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HUM 7000 - Research Methods: HUM 7000 Research Methods

Library resources and guides to finding sources for your paper.

Article Databases

HUM 7000: Research Methods - Searching Tips

You can use these searching tips for your other classes too.

  • Article databases and the catalog don't recognize phrase searching, so break your topic into the main keywords or concepts.  For example, if your topic is the origin of nonviolence, don't type "what is the origin of nonviolence" in the search box.  Instead, type in: nonviolence AND protest AND (history OR origin OR birth) or something similarly structured.
     
  • Try to think of as many different ways to describe your topic as you can.
     
  • When you find a good article, look at their footnotes or endnotes to see what articles the author read--you might find a few good ones that you can use.  See box below for how to find articles when you have a citation. 
     
  • Use truncation to expand your search results, for example, if you type in "polit*" it will capture politics, political, politicize, etc.  Some databases do this automatically, but many do not. 
     
  • Click on linked author names, subject headings, or any other descriptive terms in book and article descriptions.

Citing Your Sources

Finding the full text of an article when you have the citation

How would you find the full text for the following citation?  This happens most frequently when you look in the footnotes or bibliography of an article--this is a great way to find primary sources on your topic as well.  There are two methods for finding a citation:

Braithwaite, Alex, Jessica Maves Braithwaite, and Jeffrey Kucik. (2015)  "The conditioning effect of protest history on the emulation of nonviolent conflict." Journal of Peace Research 52, no. 6: 554-557.

Method 1

  1. Go to the Library's eJournals tab on the Quick Search box; University Libraries search.
  2. From the search box, type in the title of the journal (Journal of Peace Research).
  3. Do not type your article title in the box.
  4. If WSU owns the rights to the journal, see if we have the year, volume, and issue number you need.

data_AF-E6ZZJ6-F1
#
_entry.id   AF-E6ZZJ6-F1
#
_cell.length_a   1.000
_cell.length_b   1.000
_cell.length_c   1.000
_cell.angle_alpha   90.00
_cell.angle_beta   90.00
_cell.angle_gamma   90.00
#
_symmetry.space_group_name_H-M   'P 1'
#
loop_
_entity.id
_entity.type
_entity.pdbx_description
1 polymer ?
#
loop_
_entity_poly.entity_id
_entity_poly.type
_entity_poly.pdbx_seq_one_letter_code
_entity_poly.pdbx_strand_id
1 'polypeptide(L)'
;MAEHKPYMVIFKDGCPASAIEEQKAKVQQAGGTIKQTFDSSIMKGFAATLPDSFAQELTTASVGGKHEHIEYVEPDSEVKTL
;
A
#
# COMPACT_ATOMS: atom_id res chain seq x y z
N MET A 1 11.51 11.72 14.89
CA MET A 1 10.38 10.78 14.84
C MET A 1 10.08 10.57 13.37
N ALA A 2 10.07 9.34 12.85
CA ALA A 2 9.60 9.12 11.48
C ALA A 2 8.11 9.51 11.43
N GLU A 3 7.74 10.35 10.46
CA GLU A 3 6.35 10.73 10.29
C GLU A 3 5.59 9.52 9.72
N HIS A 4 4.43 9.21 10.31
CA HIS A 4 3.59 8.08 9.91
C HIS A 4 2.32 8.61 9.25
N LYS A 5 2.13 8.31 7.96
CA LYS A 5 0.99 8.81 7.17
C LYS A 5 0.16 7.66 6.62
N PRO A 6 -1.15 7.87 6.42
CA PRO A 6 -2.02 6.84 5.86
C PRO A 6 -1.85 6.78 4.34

5. If WSU doesn’t have the journal you want or doesn’t have the year/volume/issue you need, use Interlibrary Loan.

Method 2

  1. From the home page of the University Libraries, use the Quick Search box.
  2. In quotations, type in the title of your article ("The conditioning effect of protest history on the emulation of nonviolent conflict.")
  3. In the results, if the article is available, you will see either the citation or a link out to the full-text
  4. If you do not see a full-text link out, be sure to select the yellow "Find-It" button.  You may find a full-text link to either another service we subscribe to or a link to InterLibrary Loan.

Citation Searching in the Arts and Humanities Citation Index

Following a thread of citations allows you to see how one scholar influences another. Using the Arts and Humanities Citation Index (AHCI), determine who is responding to the work of Vivian Zamel.

    1. Connect to the Arts and Humanities Citation Index. From the main page of the Arts and Humanities Citation Index, Next to the editions, use the drop-down menu and add Social Science Citation Index to search both at the same time.
       
    2. Click "Cited Reference Search." (Don’t use browser navigation buttons from now on.)
       
    3. Next to the “Cited Author” search box, select the green AZ. This will take you to the cited author index. (AHCI is very specific about how it allows you to search for an author. It’s best to start with the index to be sure you’re looking for the right person.)
       
    4. Find your author by entering the last name in the search box. Scroll until you reach your author's name. There may be more than one entry depending on if a middle initial is also used. Determine which is/are your author, click "Add to query" Your author is now in the "Cited Reference Search" box.
       
    5. From the main screen, click "Search."
       
    6. The results page is listing the works of Vivian Zamel that have been indexed in these databases. Titles of journals, books, conference proceedings, etc. are abbreviated.

Keep in mind that scholars don’t cite only scholars with whom they agree; they cite other important scholars as well. Read the articles to determine whose “camp” a scholar is in.

You can also use the citation index to target a single article, for example, J. Truscott, "The case against grammar correction in L2 writing classes," Language Learning, 46(2), 327-369, 1996.  Use the title of the article on the Documents search page to find References used in the paper and cites by other authors.

 

Evaluating Journals

Books, media, government documents, manuscript collections, etc.: catalog searches

If you are not finding what you need in the Wright State catalog, try the OhioLINK catalog or WorldCat.  

WorldCat contains the books from most of the college/university libraries in the U.S. plus some from Canada and Europe.  You may be able to request books you find in WorldCat via Interlibrary Loan.

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